Before I added the SL99 to this list, I concluded that the Klipsch S4 is number one on my to-buy list. Since I love challenging convenient notions such as that celebrity endorsed products are bound to be poor, and due to the raving reviews at bestbuy.com swearing that they're better than the Klipsch S4, I decided to keep an eye on the SL99. Suddenly, the SL99 was put on clearance for half the price so I bit. I also love Ludacris.
The timbre of the bass is not deep at all. While the top of my list, the CXL400, sounds like a large, deep "TUUD", the SL99 sounds like "TOUG". The "TUUD" sound is a controlled low frequency response that is maintained at higher intensities, while the "TOUG" sound is a bloated midtohigh-bass. It is however capable of driving that bass sound beyond my loudness threshold. But I don't really like that bass tone quality. And I agree that the SL99 keeps the mid and high frequency details intact just like the CX400.
The WORST thing about the SL99 surprised me: The metal mesh that covers the tube came off easily! You'd think it was built like a full metal weapon of war but no; I simply tried changing the buds from medium to small--WHICH WAS HARD TO DO BECAUSE THE TUBES WERE RATHER THICK as if someone was trying to insinuate something--and when I removed the rubber tip the tip rubbed the mesh and came off with it. The metal mesh was so thin as well.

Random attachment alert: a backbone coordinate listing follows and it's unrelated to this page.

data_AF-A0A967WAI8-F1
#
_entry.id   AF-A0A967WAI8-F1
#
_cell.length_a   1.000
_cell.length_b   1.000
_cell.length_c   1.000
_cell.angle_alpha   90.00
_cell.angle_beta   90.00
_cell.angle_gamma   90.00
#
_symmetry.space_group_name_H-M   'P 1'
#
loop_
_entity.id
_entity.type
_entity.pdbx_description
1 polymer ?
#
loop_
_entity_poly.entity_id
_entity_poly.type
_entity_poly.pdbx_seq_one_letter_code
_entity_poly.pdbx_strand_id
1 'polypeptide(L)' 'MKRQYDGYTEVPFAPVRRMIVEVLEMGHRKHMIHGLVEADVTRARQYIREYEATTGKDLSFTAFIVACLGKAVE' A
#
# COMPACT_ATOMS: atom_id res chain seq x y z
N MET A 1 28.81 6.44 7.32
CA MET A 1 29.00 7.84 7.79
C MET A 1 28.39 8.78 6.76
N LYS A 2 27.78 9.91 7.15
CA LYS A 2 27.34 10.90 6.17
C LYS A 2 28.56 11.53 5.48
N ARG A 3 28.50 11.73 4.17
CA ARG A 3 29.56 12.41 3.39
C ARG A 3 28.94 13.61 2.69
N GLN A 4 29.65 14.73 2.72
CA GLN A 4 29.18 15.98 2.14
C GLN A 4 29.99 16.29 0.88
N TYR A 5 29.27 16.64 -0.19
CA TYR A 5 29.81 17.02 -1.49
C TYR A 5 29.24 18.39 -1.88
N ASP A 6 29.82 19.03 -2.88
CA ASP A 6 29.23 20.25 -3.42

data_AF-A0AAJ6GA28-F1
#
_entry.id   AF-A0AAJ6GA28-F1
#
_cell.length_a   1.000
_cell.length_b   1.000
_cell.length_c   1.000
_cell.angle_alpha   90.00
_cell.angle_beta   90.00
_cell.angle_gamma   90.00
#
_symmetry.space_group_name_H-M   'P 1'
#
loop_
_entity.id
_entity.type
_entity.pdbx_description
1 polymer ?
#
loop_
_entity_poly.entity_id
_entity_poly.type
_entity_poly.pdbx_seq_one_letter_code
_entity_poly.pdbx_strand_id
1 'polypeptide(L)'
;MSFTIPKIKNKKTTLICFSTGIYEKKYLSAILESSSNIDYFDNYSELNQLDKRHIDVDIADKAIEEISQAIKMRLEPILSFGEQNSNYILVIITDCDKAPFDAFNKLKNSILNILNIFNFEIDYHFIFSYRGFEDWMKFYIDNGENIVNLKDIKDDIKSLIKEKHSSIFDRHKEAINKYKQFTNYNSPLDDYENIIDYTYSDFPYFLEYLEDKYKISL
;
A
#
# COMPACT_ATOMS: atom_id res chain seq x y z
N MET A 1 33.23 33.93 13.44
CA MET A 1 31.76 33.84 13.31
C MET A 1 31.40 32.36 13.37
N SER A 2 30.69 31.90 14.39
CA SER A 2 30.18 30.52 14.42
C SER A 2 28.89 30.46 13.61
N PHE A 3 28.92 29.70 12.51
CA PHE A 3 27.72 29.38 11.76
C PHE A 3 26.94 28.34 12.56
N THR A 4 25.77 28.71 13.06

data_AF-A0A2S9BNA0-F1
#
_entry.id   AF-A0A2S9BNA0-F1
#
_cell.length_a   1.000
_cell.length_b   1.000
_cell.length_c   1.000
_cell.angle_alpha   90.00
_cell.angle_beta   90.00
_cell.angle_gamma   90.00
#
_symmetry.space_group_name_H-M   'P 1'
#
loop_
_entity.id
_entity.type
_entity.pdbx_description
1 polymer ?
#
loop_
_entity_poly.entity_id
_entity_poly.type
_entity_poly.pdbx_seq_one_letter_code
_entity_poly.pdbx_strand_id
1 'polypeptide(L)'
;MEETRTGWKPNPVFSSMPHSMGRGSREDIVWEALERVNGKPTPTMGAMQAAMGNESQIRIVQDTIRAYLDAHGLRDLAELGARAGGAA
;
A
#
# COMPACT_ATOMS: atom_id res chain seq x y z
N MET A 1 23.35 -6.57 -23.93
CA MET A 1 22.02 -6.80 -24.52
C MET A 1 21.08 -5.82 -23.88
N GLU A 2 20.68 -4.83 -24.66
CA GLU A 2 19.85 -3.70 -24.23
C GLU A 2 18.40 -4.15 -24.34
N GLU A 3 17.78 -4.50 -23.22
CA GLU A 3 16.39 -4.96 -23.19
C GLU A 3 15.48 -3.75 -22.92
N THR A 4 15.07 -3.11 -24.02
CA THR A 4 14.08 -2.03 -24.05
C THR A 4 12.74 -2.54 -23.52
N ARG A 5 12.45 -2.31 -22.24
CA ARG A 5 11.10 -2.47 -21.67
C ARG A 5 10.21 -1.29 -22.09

It is worth noting even if it is readily deducible from the previous paragraph that the fit hurts like rape.
The FX101 and the SL99 sound similar at higher volumes, and this is possibly because of the vents. But if I cover the vents on the SL99 I get a deeper bass sound while the FX101 crackles when covered. The FX101 however has a superior fit.
Creative EP-630i (genuine, $15 sold by Amazon.com)
Bass timbre: "TUUD"
I can confirm that the Creative EP-630i sounds exactly the same as the original Sennheiser CX300. See CX300 review.
Klipsch S4 (genuine, $42 sold by Amazon.com)
PASSED. FAILED at higher volumes.
Bass timbre: "TUUD" "Tuud"
Not recommended over the CX300/EP-630.
I'm used to being disappointed at this point, although I didn't expect the Klipsch S4--touted as bass kings by many--to lag behind be decimated by the CX300. Compared to the latter, the S4 bass significantly lacks punch, feels much smaller, and can't be driven to louder intensities. One peculiarly rad thing about the S4 is that it is the IEM that has reached furthest into my ear canals. The fit of the double-flanged earbuds is perfect and comfortable, and the seal is complete especially with my abnormally small macaroni ears. That said, even with the perfect fit and seal the bass is definitely not the royalty it was elected to be. So this thread about the S4 VS CX300 isn't all lies after all.